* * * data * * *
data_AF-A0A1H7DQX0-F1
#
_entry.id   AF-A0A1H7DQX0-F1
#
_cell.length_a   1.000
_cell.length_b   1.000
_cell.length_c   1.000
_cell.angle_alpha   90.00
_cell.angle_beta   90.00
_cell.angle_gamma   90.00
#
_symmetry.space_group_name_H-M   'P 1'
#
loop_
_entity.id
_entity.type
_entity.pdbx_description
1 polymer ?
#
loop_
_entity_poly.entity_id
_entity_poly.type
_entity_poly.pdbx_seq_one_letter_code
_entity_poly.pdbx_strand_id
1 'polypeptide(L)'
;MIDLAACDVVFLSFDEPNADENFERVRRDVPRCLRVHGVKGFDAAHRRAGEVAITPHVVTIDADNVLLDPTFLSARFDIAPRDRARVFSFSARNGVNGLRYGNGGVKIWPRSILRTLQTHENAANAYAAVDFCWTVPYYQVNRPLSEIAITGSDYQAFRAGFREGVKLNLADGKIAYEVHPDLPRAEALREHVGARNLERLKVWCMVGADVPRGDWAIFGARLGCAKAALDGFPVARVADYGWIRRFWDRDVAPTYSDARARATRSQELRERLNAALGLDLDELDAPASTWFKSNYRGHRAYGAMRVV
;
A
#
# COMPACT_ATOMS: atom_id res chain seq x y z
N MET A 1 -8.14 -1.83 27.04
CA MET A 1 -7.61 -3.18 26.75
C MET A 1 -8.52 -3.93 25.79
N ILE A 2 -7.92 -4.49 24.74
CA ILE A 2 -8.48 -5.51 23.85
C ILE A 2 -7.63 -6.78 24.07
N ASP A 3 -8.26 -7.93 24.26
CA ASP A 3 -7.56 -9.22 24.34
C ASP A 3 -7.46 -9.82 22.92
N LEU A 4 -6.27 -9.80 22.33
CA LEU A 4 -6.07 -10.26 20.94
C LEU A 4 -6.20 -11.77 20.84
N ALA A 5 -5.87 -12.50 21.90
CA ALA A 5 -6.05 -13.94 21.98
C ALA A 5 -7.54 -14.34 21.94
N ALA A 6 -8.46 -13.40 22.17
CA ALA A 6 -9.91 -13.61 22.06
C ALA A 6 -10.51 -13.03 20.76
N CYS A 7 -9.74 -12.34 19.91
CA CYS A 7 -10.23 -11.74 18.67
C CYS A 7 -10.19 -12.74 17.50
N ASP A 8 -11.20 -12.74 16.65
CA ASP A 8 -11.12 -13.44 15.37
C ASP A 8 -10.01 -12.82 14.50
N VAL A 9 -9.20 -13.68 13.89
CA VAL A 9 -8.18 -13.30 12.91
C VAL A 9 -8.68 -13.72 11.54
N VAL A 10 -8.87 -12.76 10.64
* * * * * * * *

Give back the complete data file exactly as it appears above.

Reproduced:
data_AF-A0A1H7DQX0-F1
#
_entry.id   AF-A0A1H7DQX0-F1
#
_cell.length_a   1.000
_cell.length_b   1.000
_cell.length_c   1.000
_cell.angle_alpha   90.00
_cell.angle_beta   90.00
_cell.angle_gamma   90.00
#
_symmetry.space_group_name_H-M   'P 1'
#
loop_
_entity.id
_entity.type
_entity.pdbx_description
1 polymer ?
#
loop_
_entity_poly.entity_id
_entity_poly.type
_entity_poly.pdbx_seq_one_letter_code
_entity_poly.pdbx_strand_id
1 'polypeptide(L)'
;MIDLAACDVVFLSFDEPNADENFERVRRDVPRCLRVHGVKGFDAAHRRAGEVAITPHVVTIDADNVLLDPTFLSARFDIAPRDRARVFSFSARNGVNGLRYGNGGVKIWPRSILRTLQTHENAANAYAAVDFCWTVPYYQVNRPLSEIAITGSDYQAFRAGFREGVKLNLADGKIAYEVHPDLPRAEALREHVGARNLERLKVWCMVGADVPRGDWAIFGARLGCAKAALDGFPVARVADYGWIRRFWDRDVAPTYSDARARATRSQELRERLNAALGLDLDELDAPASTWFKSNYRGHRAYGAMRVV
;
A
#
# COMPACT_ATOMS: atom_id res chain seq x y z
N MET A 1 -8.14 -1.83 27.04
CA MET A 1 -7.61 -3.18 26.75
C MET A 1 -8.52 -3.93 25.79
N ILE A 2 -7.92 -4.49 24.74
CA ILE A 2 -8.48 -5.51 23.85
C ILE A 2 -7.63 -6.78 24.07
N ASP A 3 -8.26 -7.93 24.26
CA ASP A 3 -7.56 -9.22 24.34
C ASP A 3 -7.46 -9.82 22.92
N LEU A 4 -6.27 -9.80 22.33
CA LEU A 4 -6.07 -10.26 20.94
C LEU A 4 -6.20 -11.77 20.84
N ALA A 5 -5.87 -12.50 21.90
CA ALA A 5 -6.05 -13.94 21.98
C ALA A 5 -7.54 -14.34 21.94
N ALA A 6 -8.46 -13.40 22.17
CA ALA A 6 -9.91 -13.61 22.06
C ALA A 6 -10.51 -13.03 20.76
N CYS A 7 -9.74 -12.34 19.91
CA CYS A 7 -10.23 -11.74 18.67
C CYS A 7 -10.19 -12.74 17.50
N ASP A 8 -11.20 -12.74 16.65
CA ASP A 8 -11.12 -13.44 15.37
C ASP A 8 -10.01 -12.82 14.50
N VAL A 9 -9.20 -13.68 13.89
CA VAL A 9 -8.18 -13.30 12.91
C VAL A 9 -8.68 -13.72 11.54
N VAL A 10 -8.87 -12.76 10.64